Thursday 30 January 1667/68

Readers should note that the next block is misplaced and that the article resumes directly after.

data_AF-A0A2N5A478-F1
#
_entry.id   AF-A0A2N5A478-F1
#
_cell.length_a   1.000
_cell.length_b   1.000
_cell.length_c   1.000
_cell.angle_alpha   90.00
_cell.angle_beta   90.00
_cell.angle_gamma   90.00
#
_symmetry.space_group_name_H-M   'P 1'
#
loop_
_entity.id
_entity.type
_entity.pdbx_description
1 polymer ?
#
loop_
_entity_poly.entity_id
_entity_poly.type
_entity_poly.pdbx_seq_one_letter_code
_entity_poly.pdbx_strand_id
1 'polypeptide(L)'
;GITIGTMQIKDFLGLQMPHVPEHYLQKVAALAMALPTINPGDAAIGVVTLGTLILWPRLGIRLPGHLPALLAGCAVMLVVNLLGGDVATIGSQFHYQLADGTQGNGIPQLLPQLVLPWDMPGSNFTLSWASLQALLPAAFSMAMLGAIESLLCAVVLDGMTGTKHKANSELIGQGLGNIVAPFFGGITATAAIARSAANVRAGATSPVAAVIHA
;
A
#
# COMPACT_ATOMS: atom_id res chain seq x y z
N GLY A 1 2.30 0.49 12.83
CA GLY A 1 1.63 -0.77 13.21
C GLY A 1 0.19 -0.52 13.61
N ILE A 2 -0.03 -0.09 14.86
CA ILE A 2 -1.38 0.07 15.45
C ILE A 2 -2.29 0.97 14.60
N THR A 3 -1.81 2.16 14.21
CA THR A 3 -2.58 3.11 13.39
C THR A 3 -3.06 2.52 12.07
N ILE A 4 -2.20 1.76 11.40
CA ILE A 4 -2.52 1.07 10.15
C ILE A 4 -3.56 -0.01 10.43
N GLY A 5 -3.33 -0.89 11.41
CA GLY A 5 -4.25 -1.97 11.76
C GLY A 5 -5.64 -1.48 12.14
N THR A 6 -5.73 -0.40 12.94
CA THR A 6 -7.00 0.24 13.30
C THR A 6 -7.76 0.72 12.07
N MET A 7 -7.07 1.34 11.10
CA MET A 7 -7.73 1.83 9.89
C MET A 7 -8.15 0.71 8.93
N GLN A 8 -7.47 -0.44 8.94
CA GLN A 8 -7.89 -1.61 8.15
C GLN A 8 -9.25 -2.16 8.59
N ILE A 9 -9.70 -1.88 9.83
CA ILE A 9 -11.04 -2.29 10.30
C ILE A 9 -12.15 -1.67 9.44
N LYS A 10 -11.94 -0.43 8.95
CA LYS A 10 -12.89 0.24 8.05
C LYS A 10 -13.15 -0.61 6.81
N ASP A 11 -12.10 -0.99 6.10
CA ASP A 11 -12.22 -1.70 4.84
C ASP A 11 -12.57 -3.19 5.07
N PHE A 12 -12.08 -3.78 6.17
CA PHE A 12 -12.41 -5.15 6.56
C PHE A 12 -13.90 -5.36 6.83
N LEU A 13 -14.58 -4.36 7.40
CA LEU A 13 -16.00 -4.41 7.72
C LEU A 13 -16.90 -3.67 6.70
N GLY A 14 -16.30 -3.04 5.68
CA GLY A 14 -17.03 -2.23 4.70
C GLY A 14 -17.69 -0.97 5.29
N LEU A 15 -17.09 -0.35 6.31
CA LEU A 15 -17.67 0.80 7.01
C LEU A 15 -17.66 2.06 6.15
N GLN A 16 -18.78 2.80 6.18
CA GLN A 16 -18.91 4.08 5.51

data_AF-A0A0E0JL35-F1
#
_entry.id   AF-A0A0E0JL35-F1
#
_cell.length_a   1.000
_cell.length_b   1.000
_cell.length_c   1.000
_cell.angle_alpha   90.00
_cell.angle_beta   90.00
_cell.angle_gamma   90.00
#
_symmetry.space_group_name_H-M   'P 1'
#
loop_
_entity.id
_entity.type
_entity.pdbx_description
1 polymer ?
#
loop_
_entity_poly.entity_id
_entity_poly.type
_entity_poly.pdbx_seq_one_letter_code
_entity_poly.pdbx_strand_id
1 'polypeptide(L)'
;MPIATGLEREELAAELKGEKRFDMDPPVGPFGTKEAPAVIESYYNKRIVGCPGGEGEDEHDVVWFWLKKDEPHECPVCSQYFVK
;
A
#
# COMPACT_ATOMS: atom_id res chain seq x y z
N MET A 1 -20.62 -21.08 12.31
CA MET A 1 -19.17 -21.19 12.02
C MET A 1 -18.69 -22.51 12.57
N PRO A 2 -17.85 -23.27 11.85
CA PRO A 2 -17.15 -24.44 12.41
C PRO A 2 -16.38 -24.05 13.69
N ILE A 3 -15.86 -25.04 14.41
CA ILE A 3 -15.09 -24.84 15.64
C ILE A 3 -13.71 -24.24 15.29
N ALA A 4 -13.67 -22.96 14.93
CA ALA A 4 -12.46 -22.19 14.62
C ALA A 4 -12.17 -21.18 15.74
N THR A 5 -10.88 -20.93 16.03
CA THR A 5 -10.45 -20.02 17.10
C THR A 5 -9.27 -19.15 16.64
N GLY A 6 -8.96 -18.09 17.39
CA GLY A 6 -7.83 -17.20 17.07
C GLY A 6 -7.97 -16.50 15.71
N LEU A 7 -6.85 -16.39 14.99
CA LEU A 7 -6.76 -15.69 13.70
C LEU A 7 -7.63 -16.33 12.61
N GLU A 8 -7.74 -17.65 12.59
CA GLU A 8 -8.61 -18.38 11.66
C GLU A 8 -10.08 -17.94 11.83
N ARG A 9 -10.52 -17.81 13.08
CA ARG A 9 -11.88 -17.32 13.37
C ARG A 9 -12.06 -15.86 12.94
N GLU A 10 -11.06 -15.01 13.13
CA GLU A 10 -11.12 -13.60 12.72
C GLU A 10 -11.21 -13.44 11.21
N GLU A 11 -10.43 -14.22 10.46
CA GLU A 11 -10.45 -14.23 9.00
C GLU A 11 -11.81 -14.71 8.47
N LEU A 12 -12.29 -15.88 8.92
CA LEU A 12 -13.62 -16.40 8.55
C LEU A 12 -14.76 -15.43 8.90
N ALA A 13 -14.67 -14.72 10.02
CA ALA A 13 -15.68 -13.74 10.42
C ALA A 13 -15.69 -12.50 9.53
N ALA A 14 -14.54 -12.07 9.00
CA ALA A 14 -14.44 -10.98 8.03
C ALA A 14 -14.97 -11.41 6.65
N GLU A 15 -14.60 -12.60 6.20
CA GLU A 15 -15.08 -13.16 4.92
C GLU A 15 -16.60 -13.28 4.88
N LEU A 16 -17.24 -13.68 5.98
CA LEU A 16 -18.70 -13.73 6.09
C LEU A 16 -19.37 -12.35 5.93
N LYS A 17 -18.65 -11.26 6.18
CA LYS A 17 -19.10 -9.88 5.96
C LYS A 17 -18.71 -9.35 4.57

Up, it being fast day for the King’s death, and so I and Mr. Gibson by water to the Temple, and there all the morning with Auditor Wood, and I did deliver in the whole of my accounts and run them over in three hours with full satisfaction, and so with great content thence, he and I, and our clerks, and Mr. Clerke, the solicitor, to a little ordinary in Hercules-pillars Ally — the Crowne, a poor, sorry place, where a fellow, in twelve years, hath gained an estate of, as he says, 600l. a-year, which is very strange, and there dined, and had a good dinner, and very good discourse between them, old men belonging to the law, and here I first heard that my cozen Pepys, of Salisbury Court, was Marshal to my Lord Cooke when he was Lord Chief justice; which beginning of his I did not know to be so low: but so it was, it seems. After dinner I home, calling at my bookbinder’s, but he not within. When come home, I find Kate Joyce hath been there, with sad news that her house stands not in the King’s liberty, but the Dean of Paul’s; and so, if her estate be forfeited, it will not be in the King’s power to do her any good. So I took coach and to her, and there found her in trouble, as I cannot blame her. But I do believe this arises from somebody that hath a mind to fright her into a composition for her estate, which I advise her against; and, indeed, I do desire heartily to be able to do her service, she being, methinks, a piece of care I ought to take upon me, for our fathers’ and friends’ sake, she being left alone, and no friend so near as me, or so able to help her. After having given her my advice, I home, and there to my office and did business, and hear how the Committee for Accounts are mighty active and likely to examine every thing, but let them do their worst. I am to be before them with our contract books to-morrow. So home from the office, to supper, and to bed.
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